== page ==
Letters to the Editor: March 06, 2013

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Recycling is important


In regards to the discussion about curbside garbage pickup and recycling vs. a plan by the 109 Board to build a new facility, I would much rather be paying for recycling than for buying more land to bury those materials while saving our natural resources and to prevent contaminating those valuable and necessary resources that we have left. It all comes under the heading of “being good stewards of our land” and trying to leave things that we have enjoyed just a little bit better for all those that follow us. You have presented the solution.

It appears wasteful to have trucks picking up garbage and not recyclables at the same time. The more convenient that a service is rendered and available at a reasonable price makes it more likely that we all will use it. The county and city governments as a joint effort can get a much better competitive rate for these services that we can get as individuals.

I feel that our county officials city officials and 109 Board members are working hard and going in the right direction by combining their efforts in making curbside garbage/recyclables pickup available to all of the Shelby County residents. It would be great to see our garbage used as a renewable energy source and that any old landfill(s) become a source of energy from methane gas to electricity or heat. Saving our land and resources should be a "passion" for us all.

Carlen Pippin



Ag vs. tourism


I take issue with the statement attributed to Shelby County Tourism Executive Director Katie Fussenegger (“TV cameras focused on Shelby County,” March1) that “…we have gone from an agricultural community to a tourism community.”

The Census of Agriculture is published every five years. The data for the 2012 ag census will come out later this year. So the latest data we have is from 2007.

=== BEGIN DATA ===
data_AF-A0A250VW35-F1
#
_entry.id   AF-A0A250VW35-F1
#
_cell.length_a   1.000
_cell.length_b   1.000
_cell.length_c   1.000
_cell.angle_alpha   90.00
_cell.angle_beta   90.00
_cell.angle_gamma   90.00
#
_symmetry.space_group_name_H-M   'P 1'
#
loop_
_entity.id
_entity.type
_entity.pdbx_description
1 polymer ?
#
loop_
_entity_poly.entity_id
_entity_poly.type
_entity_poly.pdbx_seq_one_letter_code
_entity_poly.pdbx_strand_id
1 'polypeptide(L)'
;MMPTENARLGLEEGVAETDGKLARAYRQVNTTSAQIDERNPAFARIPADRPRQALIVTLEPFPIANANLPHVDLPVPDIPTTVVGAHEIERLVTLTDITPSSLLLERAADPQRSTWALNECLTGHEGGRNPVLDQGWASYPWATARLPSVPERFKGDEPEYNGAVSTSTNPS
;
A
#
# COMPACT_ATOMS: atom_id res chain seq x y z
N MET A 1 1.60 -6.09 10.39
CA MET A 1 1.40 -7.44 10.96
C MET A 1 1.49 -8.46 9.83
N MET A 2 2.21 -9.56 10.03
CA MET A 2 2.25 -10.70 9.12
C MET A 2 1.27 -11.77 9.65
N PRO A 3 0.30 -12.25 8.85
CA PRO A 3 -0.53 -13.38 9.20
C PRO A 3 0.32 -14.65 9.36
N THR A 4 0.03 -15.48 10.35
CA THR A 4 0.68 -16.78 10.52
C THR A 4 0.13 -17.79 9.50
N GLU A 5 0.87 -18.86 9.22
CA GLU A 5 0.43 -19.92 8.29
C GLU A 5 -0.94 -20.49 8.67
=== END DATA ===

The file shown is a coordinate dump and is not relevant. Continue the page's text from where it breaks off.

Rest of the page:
The total sales from livestock and crops in 2007 was $56.9 million, which ranks 23rd out of 120 counties in Kentucky. That is a 25 percent increase over 2002. In sales, Shelby County ranked 20th in cattle, 26th in grain, 45th in poultry and eggs, 18th in dairy products and 8th in tobacco and 7th in horses.  What the Agricultural Census does not take into consideration is the economic effect agriculture has for our county’s banks, implement dealers, feed and fertilizer dealers, veterinarians, farriers and tack stores, fence builders, barn and house builders and farm-supply businesses, such as Southern Sates, Tractor Supply and Rural King.  Shelby County remains a strong and diverse agricultural community.

I find it interesting the three places mentioned in this news article, the Luci Center,

Undulata Farm and the Shelbyville Horse show are all ag-related operations. Another prominent ag/tourism business not mentioned in the article is Gallrein Farms. They all

contributed to the $56.9 million dollars of ag product sales. We embrace all our agriculture and tourism activities, which add so much to our community.

Vivian Hayes

Shelby County


The responsible ones


A lot of innocent people are killed or harmed in this nation every day, but when we stand before God, there will be blood on the hands of more people than just the perpetrators. The hands of the entertainment industry and the parents will be equally as bloody. The entertainment industry is guilty for producing every evil and violent thing their minds can conjure up. The parents are guilty for propping their children in front of TV sets, movie screens and electronic games and constantly feeding them this filth. Parents cannot stuff this rotten, putrid entertainment down the throats of their children for years and not expect them to vomit back the violence they are filled with.